A court in Derbyshire has convicted a Muslim man, already jailed for inciting hatred against gays, of using threatening or abusive language at Derbyshire Pride.

Kabir Ahmed was convicted under section 4A of the Public Order Act 1986, which makes it an offence to cause harassment, alarm or distress with threatening language or behaviour for his appearance at the 2011 pride march.

While Ahmed, 28, was given a two-year conditional discharge, his three co-defendants were cleared, the Derby Telegraph reports.

Magistrate Bernard Thorpe said: “It was for the defence to show the [Mr Ahmed's] conduct was responsible and did not go beyond his religious beliefs.

“But we find that his words and behaviour were intended to cause harassment, alarm or distress against homosexuals.

“We cannot find the other defendants guilty as there is insufficient evidence.”

A gay couple had complained after Mr Ahmed spoke through a loudhailer of research showing a connection between homosexuality and paedophilia. Passer-by Aaron Stephens, 43, told the court: “The phrase that I heard which sticks out in my mind is one that linked gay people to paedophilia.

“I was shocked, offended and sickened by it. I was surprised that the police, who had formed a cordon around the men, let this kind of chanting go on.”

Ahmed’s lawyer said: “Were there any complaints against any of the offences from anyone on the Derbyshire Pride march? No.

“All that was complained about was a mishearing from a gay couple who were not part of the event.”

Ahmed formed part of a 30-strong group protesting the event with placards reading “Homosexuality = Freedom Gone Too Far,” “Homosexuality = A Crime Against God” and “Islam is the Ultimate Truth”.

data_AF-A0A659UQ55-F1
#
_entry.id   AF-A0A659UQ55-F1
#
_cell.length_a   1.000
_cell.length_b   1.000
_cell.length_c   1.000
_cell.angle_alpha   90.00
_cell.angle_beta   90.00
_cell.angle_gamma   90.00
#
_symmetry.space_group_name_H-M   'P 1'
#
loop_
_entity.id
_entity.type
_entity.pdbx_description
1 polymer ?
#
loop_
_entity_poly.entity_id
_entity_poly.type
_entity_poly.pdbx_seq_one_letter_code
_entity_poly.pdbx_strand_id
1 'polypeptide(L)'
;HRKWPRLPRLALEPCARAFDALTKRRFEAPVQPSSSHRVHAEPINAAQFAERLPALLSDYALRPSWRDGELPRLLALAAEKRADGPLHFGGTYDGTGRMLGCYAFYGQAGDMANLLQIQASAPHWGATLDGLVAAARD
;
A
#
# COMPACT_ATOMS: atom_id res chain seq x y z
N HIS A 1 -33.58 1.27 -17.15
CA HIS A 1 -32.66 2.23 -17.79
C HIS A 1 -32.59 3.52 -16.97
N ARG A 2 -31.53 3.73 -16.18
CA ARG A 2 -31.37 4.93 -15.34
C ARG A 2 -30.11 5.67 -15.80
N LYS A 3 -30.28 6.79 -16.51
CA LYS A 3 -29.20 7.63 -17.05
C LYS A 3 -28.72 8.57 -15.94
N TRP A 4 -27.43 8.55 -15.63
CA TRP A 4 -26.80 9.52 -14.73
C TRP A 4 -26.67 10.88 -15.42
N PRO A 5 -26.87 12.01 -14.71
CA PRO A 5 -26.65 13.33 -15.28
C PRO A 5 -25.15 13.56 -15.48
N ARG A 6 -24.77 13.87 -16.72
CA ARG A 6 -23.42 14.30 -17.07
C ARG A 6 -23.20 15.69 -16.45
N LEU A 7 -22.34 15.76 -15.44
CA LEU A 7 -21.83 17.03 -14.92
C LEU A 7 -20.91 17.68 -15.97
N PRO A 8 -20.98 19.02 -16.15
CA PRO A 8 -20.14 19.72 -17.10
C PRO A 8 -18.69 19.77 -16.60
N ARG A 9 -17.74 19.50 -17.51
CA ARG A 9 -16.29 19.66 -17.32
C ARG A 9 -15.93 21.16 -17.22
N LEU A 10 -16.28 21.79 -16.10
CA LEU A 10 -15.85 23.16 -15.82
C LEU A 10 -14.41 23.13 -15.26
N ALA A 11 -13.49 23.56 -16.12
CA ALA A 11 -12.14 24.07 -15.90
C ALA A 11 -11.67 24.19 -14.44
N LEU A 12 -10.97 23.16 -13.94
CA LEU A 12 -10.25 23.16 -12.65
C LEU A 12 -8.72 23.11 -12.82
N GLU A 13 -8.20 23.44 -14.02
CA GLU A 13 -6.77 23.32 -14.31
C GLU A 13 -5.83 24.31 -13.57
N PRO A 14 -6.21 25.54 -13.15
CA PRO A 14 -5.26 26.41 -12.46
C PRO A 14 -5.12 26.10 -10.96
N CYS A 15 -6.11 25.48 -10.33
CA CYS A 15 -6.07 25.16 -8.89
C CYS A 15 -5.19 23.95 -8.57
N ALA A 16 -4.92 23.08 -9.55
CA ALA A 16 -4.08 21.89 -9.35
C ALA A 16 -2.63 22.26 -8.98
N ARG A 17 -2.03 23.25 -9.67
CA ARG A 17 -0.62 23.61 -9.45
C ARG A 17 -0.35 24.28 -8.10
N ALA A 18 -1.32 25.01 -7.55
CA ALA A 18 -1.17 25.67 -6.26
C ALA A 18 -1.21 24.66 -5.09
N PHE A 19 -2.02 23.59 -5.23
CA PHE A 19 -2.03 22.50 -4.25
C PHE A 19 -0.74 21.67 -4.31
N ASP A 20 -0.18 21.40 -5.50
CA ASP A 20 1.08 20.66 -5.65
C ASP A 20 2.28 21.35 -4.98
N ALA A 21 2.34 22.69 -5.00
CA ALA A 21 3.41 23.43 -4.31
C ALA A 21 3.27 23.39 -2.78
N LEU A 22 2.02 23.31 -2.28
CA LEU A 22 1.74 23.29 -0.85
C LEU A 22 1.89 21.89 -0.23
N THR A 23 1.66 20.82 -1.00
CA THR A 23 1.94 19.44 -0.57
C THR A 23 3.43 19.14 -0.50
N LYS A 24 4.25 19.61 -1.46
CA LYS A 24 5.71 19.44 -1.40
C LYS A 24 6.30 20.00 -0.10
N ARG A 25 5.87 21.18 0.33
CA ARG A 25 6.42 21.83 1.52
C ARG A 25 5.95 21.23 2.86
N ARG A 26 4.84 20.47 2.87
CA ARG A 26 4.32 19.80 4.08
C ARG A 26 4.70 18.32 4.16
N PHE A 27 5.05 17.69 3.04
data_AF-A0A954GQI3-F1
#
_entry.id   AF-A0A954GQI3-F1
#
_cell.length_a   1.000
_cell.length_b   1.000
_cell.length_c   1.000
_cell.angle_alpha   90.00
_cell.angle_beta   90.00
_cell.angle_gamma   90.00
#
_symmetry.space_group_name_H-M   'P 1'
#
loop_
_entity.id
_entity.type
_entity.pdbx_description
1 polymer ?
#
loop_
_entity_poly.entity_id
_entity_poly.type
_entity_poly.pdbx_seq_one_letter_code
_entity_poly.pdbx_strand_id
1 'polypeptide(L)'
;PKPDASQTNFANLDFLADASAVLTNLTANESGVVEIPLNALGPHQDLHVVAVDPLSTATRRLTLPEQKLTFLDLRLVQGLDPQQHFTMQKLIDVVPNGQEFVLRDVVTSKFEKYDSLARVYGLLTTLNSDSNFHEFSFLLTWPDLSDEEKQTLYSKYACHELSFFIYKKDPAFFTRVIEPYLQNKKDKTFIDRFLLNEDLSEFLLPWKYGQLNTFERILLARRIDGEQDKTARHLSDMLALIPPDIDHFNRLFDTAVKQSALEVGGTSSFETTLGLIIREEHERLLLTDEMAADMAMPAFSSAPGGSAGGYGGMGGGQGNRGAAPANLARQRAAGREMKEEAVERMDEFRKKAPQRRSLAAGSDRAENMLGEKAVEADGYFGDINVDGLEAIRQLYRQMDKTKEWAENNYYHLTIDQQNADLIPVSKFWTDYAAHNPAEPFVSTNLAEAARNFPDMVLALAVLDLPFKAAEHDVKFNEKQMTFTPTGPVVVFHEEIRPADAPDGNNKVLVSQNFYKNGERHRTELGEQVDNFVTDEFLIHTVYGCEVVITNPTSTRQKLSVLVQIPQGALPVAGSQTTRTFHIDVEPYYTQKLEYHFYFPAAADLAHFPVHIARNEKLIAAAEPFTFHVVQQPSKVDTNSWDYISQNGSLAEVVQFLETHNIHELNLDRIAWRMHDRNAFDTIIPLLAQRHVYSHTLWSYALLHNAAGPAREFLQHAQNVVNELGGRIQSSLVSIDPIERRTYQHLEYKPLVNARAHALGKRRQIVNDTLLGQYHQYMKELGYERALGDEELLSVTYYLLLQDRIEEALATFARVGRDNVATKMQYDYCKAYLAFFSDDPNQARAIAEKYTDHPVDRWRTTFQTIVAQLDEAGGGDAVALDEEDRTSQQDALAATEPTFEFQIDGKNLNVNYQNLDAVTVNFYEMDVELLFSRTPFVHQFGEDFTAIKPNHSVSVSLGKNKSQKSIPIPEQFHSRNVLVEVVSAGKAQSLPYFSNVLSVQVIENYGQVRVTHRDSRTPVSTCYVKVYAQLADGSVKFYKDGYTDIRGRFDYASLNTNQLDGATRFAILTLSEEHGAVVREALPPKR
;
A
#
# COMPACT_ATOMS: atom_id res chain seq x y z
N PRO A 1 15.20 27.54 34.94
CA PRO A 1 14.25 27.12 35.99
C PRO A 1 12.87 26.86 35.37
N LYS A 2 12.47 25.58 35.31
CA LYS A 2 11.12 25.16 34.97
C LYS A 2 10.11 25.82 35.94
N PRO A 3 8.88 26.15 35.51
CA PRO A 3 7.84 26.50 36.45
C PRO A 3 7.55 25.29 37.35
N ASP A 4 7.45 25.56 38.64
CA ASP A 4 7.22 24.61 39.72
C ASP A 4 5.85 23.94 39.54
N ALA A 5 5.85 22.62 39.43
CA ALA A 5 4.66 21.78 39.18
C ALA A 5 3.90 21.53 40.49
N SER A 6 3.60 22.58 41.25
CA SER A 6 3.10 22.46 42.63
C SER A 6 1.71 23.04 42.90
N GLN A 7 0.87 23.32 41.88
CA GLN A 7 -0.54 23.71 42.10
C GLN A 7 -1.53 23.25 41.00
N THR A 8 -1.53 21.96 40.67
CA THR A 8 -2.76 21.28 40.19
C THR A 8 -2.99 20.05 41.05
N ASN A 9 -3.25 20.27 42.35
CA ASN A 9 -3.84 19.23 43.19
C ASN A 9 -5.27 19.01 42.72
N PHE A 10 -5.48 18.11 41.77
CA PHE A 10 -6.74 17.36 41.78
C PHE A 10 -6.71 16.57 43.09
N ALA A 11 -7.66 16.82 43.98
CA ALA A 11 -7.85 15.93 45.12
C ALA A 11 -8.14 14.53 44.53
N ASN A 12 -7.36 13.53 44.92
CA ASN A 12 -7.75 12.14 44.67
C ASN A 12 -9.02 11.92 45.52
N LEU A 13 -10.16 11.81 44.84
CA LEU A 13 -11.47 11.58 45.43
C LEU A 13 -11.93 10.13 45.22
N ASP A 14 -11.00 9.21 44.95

Earlier this year, Ahmed was convicted of distributing leaflets intended to stir up hatred against gays. He and two other men had handed out a publication entitled ‘The Death Penalty?’ outside their mosque ahead of the gay pride parade the previous year.

The ‘Death Penalty?’ leaflet contained an image of a mannequin hanging from a noose and quoted Muslim texts suggesting execution was the way to rid society of homosexuality.

The Public Order Act 1986 was amended by the Criminal Justice and Immigration Act 2008 to create the offence of intentionally stirring up hatred on the grounds of sexual orientation, and this was the first-ever trial under the offence.

In order to convict, the jury had to be convinced the leaflets were not just insulting or abusive, but were “threatening”, and were distributed with the intention of stirring up hatred.

Last night, one of Ahmed’s co-accused said the others “knew they were never guilty” of the lesser distress offence.